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J. Perelman
"Entertaining physics". Book 2.
Chapter 7. Thermal phenomena

COOLING JARS

If you have never seen such jugs, then you've probably heard or read about them. These vessels are made of unfired clay has the curious feature that poured into them, the water becomes cooler than the surrounding objects. The jars in a large spread among the southern peoples (among other things, and we in the Crimea) and have different names: in Spain "ALCATRAZZ"Egypt "Hola" etc.

The secret to the cooling action of these jugs is simple: the liquid seeps through the clay wall outside and there slowly evaporates, taking the heat ("latent heat of evaporation") from the vessel and the prisoner of fluid in it.

But it is not true that the liquid in such vessels is very cool, as you have read in books of travels in the southern countries. Cooling may not be great. It depends on many conditions. Than trainee the air, the sooner and more abundantly, evaporates the liquid, moisturizing vessel from the outside, and therefore, the more water is cooled inside the jug. Depends on cooling and on the humidity of the air: if it has a lot of moisture, evaporation is slow, and the water is cooled slightly; in dry air, by contrast, is a vigorous evaporation, causing more noticeable cooling. Wind speeds evaporation and promotes cooling; it's all well know the feeling of cold, which is necessary to test in wet dress in warm but windy day. The temperature drop in the cooling jugs does not exceed 5°. In hot southern day, when the thermometer shows sometimes 33°, the water in the cooling jug like a warm bath, 28°. Cooling, as you can see, almost useless. But the pitchers well retain cold water; for this purpose they are primarily used.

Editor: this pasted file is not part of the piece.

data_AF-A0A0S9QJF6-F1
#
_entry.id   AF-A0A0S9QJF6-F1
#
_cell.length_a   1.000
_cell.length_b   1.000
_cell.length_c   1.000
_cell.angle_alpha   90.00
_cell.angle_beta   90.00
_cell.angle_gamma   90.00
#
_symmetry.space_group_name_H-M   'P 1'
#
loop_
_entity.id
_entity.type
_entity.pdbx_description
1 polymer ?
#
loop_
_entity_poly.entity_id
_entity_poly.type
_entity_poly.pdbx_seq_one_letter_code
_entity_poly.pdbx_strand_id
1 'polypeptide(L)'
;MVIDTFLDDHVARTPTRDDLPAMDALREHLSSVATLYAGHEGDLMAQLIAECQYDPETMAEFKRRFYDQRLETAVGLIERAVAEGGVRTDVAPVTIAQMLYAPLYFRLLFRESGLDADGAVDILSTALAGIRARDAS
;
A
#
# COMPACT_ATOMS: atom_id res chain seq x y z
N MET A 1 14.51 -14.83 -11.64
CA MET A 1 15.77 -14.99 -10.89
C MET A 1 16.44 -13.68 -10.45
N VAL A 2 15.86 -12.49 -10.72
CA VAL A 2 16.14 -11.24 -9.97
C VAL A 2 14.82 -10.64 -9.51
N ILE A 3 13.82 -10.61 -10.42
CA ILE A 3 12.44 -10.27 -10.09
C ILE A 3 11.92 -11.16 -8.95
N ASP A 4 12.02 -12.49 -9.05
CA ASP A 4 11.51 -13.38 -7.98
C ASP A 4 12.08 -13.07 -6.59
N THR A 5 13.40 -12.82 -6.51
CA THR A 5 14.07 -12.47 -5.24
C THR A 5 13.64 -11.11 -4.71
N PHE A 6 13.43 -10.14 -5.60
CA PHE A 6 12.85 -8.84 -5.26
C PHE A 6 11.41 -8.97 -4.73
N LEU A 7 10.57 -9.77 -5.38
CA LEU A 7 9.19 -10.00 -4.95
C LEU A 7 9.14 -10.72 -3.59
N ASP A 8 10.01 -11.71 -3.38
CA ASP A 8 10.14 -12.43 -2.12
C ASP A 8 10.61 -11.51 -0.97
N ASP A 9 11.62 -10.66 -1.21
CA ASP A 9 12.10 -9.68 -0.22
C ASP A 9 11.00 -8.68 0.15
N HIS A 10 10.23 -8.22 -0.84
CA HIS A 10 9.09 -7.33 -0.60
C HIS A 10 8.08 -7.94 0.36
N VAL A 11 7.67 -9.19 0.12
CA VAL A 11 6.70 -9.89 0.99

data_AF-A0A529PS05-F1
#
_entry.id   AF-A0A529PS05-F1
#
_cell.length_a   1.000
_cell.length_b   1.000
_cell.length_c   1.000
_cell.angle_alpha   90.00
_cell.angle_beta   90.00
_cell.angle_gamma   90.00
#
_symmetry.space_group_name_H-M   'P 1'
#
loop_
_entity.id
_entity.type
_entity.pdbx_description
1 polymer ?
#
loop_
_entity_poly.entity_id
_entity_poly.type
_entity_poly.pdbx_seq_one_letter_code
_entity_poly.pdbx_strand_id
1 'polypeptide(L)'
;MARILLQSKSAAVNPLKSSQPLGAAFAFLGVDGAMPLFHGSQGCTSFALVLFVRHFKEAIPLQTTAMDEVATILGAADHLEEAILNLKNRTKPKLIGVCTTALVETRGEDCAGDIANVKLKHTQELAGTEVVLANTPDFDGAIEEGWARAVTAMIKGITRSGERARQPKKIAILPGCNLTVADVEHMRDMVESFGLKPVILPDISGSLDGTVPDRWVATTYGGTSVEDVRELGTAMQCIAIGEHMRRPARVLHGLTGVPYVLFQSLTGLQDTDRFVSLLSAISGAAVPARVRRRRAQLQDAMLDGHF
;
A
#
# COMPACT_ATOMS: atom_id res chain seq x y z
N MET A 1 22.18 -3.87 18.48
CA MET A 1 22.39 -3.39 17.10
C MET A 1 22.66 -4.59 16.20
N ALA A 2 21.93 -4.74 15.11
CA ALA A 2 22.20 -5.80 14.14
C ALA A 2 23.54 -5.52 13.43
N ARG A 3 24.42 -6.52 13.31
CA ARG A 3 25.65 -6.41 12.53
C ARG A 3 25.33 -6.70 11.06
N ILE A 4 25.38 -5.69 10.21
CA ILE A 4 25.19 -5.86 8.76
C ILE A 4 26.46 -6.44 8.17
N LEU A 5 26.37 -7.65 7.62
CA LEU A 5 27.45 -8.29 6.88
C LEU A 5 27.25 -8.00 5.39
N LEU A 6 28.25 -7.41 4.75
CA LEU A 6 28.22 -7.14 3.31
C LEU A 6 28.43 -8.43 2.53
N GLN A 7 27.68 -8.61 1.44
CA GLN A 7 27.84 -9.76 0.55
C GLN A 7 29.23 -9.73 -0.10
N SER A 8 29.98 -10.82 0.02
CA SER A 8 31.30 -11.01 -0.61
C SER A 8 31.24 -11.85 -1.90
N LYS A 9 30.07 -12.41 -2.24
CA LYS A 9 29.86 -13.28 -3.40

We can try to calculate the amount of cooling water in aliceazzo".

Suppose we have a jar containing 5 l of water; assume that 0.1 l has evaporated. For evaporation of 1 l of water (1 kg) is required when the temperature is hot (33°) of the day about 580 calories. We evaporated 0.1 kg, therefore, took only 58 calories. If all this heat was taken only from the water that is in the jug, the temperature dropped at least 58/5, i.e., C 12. But a large part of the heat required for evaporation is taken from the walls of the jug, and from the surrounding air; on the other hand, near the cooling water in the pitcher happens and heating it with warm air adjacent to the pitcher. Therefore, cooling is barely half of the figures obtained.

It is difficult to say where the jar is cooled more - in the sun or in the shade. The sun accelerates evaporation, but at the same time increases and the supply of heat. The best bet is probably to keep cooling the jars in the shade on a light breeze.

Entertaining physics J. Perelman

 




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